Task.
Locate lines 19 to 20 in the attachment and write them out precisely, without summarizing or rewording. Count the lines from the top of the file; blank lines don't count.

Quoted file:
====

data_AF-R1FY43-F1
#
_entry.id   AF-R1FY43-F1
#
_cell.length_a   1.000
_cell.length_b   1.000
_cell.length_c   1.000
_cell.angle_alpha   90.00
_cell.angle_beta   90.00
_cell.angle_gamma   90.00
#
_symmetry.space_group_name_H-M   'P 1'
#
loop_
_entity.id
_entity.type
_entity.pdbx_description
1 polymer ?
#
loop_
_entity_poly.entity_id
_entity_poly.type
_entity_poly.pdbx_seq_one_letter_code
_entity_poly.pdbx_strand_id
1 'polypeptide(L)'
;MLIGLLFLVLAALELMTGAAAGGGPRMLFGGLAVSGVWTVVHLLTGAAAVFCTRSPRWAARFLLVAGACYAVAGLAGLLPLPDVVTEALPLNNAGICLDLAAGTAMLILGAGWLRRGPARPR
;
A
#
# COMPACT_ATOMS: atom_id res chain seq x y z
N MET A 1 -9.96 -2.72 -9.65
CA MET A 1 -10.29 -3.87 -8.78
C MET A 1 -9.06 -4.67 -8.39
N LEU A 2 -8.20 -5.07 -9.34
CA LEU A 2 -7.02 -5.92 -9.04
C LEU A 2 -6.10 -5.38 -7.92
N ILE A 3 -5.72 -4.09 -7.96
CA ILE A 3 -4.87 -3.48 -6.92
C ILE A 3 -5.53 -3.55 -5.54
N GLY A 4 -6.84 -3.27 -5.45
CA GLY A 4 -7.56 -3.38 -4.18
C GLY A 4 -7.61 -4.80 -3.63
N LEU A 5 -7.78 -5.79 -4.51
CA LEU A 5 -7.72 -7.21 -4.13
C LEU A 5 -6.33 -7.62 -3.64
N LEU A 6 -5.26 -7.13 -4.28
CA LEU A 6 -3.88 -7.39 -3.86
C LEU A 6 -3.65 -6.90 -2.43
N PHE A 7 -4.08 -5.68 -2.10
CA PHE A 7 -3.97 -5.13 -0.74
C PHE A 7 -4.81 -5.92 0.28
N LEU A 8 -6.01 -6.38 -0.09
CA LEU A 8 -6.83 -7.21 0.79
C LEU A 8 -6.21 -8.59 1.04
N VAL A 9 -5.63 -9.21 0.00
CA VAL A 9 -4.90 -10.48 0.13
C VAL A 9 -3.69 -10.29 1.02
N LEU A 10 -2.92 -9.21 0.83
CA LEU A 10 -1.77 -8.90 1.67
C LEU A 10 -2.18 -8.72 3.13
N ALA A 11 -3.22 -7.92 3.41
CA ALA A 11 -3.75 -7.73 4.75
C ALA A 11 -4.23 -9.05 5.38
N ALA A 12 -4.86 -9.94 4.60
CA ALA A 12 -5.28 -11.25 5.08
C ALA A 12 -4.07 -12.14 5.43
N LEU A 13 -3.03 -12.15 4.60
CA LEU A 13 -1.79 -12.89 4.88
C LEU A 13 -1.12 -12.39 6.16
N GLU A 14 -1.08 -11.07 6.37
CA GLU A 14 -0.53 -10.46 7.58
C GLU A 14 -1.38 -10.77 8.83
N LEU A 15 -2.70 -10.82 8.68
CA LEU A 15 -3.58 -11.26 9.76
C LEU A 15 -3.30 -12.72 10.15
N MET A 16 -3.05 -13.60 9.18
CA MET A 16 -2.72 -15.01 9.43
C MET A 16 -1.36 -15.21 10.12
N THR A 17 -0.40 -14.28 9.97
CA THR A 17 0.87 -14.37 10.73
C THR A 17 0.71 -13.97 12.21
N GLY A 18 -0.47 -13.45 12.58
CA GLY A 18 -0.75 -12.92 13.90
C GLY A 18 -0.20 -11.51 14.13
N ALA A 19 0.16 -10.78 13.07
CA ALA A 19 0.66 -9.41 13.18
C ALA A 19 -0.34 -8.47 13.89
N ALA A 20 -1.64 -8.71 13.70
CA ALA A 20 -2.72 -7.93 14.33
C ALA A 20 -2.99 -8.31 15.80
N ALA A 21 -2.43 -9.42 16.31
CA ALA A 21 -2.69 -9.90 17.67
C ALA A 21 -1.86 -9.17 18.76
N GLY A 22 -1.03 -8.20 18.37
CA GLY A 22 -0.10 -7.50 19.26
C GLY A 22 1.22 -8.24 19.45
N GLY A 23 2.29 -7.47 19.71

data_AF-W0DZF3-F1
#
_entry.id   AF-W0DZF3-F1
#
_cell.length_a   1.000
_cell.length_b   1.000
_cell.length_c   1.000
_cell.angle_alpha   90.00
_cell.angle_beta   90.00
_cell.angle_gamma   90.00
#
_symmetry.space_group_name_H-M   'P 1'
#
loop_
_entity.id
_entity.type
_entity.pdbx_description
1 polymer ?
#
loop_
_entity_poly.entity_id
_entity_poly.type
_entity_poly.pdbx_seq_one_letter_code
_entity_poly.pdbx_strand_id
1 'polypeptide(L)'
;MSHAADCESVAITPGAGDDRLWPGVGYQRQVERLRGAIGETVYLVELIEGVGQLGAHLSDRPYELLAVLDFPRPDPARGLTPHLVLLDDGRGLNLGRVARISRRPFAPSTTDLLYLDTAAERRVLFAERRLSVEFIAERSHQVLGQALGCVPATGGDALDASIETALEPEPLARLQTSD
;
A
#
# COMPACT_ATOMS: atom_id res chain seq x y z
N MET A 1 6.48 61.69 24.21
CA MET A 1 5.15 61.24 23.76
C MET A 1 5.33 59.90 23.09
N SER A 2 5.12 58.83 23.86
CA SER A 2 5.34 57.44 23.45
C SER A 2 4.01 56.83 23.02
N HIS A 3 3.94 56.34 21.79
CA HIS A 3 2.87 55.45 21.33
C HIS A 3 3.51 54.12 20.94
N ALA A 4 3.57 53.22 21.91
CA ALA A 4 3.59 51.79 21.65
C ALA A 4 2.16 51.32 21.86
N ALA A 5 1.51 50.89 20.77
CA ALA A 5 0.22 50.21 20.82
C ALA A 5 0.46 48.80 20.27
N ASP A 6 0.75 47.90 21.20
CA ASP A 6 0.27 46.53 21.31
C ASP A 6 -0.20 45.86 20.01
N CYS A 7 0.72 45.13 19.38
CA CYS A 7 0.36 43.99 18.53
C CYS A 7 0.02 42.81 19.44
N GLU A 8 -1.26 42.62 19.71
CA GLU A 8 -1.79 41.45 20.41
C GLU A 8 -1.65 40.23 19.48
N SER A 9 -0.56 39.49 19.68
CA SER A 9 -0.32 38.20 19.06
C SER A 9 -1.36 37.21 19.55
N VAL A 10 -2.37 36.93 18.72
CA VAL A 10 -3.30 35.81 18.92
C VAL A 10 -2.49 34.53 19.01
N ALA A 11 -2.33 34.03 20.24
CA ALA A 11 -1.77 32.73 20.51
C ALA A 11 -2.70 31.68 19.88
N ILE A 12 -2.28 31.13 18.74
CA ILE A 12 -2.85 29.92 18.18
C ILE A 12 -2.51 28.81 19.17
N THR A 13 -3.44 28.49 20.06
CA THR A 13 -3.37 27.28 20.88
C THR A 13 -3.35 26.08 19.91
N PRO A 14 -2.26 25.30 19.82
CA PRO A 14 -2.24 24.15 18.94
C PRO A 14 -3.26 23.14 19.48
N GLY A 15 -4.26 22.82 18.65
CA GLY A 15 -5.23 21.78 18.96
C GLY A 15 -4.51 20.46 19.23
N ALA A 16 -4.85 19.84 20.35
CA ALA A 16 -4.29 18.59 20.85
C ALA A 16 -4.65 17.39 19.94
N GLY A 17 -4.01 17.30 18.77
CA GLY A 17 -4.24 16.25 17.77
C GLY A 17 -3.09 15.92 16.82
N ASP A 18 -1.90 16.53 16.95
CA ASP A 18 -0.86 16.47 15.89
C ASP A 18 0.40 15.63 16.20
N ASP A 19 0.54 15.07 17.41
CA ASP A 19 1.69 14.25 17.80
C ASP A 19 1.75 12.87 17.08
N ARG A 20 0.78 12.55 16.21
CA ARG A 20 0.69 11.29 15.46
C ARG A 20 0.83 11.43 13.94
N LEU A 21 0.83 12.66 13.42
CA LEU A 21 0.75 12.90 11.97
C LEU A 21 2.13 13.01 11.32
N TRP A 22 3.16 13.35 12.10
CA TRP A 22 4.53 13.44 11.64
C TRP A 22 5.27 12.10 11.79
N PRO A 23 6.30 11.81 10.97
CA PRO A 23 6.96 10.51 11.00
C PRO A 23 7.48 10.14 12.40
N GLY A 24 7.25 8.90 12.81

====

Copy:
#
loop_